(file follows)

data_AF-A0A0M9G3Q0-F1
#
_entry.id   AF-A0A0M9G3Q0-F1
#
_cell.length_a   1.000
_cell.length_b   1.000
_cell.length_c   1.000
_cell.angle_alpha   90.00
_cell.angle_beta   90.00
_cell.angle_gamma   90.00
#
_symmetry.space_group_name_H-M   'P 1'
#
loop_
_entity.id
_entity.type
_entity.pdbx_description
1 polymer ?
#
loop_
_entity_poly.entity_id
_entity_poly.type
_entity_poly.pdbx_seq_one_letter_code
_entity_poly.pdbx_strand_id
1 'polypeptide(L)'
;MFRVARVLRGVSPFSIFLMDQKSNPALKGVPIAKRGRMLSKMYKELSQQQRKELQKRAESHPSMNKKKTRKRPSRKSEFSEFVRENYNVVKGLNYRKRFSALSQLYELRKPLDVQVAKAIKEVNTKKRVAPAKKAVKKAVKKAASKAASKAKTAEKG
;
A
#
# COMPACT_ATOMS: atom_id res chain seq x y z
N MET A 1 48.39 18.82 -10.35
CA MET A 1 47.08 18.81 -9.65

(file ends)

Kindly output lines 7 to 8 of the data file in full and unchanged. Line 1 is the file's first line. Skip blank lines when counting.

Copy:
_cell.length_c   1.000
_cell.angle_alpha   90.00